The role of scaffold microarchitecture in engineering endothelial cell immunomodulation
Author(s)Indolfi, Laura; Baker, Aaron B.; Edelman, Elazer R.
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The implantation of matrix-embedded endothelial cells (MEECs) has been reported to have great therapeutic potential in controlling the vascular response to injury and maintaining patency in arteriovenous anastomoses. While there is an appreciation of their effectiveness in clinical and animal studies, the mechanisms through which they mediate these powerful effects remain relatively unknown. In this work, we examined the hypothesis that the 3-dimensional microarchitecture of the tissue engineering scaffold was a key regulator of endothelial behavior in MEEC constructs. Notably, we found that ECs in porous collagen scaffold had a markedly altered cytoskeletal structure with oriented actin fibers and rearrangement of the focal adhesion proteins in comparison to cells grown on 2D surfaces. We examined the immunomodulatory capabilities of MEECs and discovered that they were able to reduce the recruitment of monocytes to an inflamed endothelial monolayer by 5-fold compared to EC on 2D surfaces. An analysis of secreted factors from the cells revealed an 8-fold lower release of Monocyte Chemotactic Protein-1 (MCP-1) from MEECs. Differences between 3D and 2D cultured cells were abolished in the presence of inhibitors to the focal adhesion associated signaling molecule Src suggesting that adhesion-mediated signaling is essential in controlling the potent immunomodulatory effects of MEEC.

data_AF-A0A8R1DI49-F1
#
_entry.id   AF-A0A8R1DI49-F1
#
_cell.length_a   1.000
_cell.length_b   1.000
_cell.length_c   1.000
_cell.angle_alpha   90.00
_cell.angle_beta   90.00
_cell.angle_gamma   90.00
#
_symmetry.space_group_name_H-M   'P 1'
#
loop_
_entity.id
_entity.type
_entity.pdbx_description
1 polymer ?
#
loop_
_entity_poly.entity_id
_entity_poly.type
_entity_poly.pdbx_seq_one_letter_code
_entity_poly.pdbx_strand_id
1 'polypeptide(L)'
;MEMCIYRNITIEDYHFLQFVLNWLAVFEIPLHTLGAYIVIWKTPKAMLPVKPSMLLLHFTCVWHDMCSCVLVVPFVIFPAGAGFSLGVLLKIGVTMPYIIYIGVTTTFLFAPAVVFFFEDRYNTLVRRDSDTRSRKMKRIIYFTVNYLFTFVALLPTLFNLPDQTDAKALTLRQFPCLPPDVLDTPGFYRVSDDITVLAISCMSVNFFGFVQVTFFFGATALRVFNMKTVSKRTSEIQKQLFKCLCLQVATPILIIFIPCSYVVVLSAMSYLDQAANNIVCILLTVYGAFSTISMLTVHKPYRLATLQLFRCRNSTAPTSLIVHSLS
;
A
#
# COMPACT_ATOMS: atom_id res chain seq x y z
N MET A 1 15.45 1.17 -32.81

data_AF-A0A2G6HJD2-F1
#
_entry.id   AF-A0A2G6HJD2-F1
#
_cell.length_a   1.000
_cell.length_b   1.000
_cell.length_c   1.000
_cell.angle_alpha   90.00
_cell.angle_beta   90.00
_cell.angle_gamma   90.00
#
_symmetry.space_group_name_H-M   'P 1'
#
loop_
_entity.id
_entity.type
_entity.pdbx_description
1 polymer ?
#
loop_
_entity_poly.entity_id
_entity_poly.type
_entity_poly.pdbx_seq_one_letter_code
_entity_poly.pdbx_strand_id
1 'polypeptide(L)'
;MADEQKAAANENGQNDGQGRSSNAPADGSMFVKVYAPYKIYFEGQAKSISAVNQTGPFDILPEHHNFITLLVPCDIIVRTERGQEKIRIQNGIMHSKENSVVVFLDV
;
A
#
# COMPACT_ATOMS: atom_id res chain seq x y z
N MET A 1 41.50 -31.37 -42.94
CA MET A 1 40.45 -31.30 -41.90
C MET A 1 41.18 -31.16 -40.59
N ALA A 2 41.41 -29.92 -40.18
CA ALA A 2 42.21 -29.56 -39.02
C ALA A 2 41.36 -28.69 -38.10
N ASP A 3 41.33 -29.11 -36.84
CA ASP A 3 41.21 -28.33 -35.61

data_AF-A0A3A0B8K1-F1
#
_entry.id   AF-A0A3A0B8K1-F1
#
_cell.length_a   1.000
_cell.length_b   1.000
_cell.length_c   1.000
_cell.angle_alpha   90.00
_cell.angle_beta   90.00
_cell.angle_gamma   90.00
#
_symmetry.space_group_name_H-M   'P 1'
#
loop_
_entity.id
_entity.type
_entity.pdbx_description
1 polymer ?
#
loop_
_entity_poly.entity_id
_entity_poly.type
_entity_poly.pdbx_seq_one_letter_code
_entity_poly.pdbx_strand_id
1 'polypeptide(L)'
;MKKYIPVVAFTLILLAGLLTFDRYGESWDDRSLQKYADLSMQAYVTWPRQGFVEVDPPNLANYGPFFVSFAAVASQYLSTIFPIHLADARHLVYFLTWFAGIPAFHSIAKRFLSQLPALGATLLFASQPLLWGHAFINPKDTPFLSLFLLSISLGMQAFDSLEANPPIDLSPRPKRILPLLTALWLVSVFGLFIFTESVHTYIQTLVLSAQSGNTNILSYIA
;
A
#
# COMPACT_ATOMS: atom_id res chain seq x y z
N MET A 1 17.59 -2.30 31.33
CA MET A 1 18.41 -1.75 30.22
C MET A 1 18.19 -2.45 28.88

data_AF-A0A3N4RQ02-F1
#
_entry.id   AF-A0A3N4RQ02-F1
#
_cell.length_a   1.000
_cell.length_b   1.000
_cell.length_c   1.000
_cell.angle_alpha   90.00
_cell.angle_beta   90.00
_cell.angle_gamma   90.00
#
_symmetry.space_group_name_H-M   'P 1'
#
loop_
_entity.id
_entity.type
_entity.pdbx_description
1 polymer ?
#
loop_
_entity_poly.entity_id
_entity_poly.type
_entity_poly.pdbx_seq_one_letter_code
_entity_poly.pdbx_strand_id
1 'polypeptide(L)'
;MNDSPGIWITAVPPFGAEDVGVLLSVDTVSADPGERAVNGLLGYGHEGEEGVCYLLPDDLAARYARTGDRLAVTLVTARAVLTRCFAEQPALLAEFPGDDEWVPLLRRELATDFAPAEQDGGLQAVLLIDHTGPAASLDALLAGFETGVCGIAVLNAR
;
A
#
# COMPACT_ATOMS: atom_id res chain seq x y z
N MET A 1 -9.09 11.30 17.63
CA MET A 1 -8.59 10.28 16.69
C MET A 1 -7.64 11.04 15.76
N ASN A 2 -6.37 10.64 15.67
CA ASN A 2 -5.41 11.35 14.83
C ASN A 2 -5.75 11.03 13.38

DepartmentInstitute for Medical Engineering and Science; Harvard University--MIT Division of Health Sciences and Technology
Indolfi, Laura, Aaron B. Baker, and Elazer R. Edelman. “The Role of Scaffold Microarchitecture in Engineering Endothelial Cell Immunomodulation.” Biomaterials 33, no. 29 (October 2012): 7019–7027.
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